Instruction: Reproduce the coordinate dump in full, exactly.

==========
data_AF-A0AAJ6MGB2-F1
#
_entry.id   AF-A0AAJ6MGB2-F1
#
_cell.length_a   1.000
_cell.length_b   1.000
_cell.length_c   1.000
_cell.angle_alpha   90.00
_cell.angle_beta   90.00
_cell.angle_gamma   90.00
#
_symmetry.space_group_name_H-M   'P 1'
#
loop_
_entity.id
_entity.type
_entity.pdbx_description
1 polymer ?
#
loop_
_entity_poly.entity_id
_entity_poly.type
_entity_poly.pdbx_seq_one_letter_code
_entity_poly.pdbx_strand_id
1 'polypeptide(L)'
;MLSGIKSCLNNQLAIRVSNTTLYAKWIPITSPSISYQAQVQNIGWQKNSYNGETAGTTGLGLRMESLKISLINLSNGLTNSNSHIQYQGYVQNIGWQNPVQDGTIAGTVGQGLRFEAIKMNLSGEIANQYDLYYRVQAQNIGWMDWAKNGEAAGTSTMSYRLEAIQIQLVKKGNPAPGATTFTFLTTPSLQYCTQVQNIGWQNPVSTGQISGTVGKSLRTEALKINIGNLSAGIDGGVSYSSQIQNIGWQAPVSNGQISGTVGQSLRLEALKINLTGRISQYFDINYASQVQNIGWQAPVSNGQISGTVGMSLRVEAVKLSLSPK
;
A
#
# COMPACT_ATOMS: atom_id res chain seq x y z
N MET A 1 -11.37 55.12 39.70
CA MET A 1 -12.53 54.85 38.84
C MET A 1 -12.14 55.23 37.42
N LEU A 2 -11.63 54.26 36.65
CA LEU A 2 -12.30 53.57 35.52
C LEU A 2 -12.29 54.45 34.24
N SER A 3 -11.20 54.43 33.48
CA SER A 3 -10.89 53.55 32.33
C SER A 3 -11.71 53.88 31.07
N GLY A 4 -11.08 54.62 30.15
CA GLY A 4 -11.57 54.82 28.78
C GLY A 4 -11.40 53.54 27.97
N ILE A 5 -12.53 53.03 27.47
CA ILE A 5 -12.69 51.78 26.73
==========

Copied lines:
data_AF-A0AAJ6MGB2-F1
#
_entry.id   AF-A0AAJ6MGB2-F1
#
_cell.length_a   1.000
_cell.length_b   1.000
_cell.length_c   1.000
_cell.angle_alpha   90.00
_cell.angle_beta   90.00
_cell.angle_gamma   90.00
#
_symmetry.space_group_name_H-M   'P 1'
#
loop_
_entity.id
_entity.type
_entity.pdbx_description
1 polymer ?
#
loop_
_entity_poly.entity_id
_entity_poly.type
_entity_poly.pdbx_seq_one_letter_code
_entity_poly.pdbx_strand_id
1 'polypeptide(L)'
;MLSGIKSCLNNQLAIRVSNTTLYAKWIPITSPSISYQAQVQNIGWQKNSYNGETAGTTGLGLRMESLKISLINLSNGLTNSNSHIQYQGYVQNIGWQNPVQDGTIAGTVGQGLRFEAIKMNLSGEIANQYDLYYRVQAQNIGWMDWAKNGEAAGTSTMSYRLEAIQIQLVKKGNPAPGATTFTFLTTPSLQYCTQVQNIGWQNPVSTGQISGTVGKSLRTEALKINIGNLSAGIDGGVSYSSQIQNIGWQAPVSNGQISGTVGQSLRLEALKINLTGRISQYFDINYASQVQNIGWQAPVSNGQISGTVGMSLRVEAVKLSLSPK
;
A
#
# COMPACT_ATOMS: atom_id res chain seq x y z
N MET A 1 -11.37 55.12 39.70
CA MET A 1 -12.53 54.85 38.84
C MET A 1 -12.14 55.23 37.42
N LEU A 2 -11.63 54.26 36.65
CA LEU A 2 -12.30 53.57 35.52
C LEU A 2 -12.29 54.45 34.24
N SER A 3 -11.20 54.43 33.48
CA SER A 3 -10.89 53.55 32.33
C SER A 3 -11.71 53.88 31.07
N GLY A 4 -11.08 54.62 30.15
CA GLY A 4 -11.57 54.82 28.78
C GLY A 4 -11.40 53.54 27.97
N ILE A 5 -12.53 53.03 27.47
CA ILE A 5 -12.69 51.78 26.73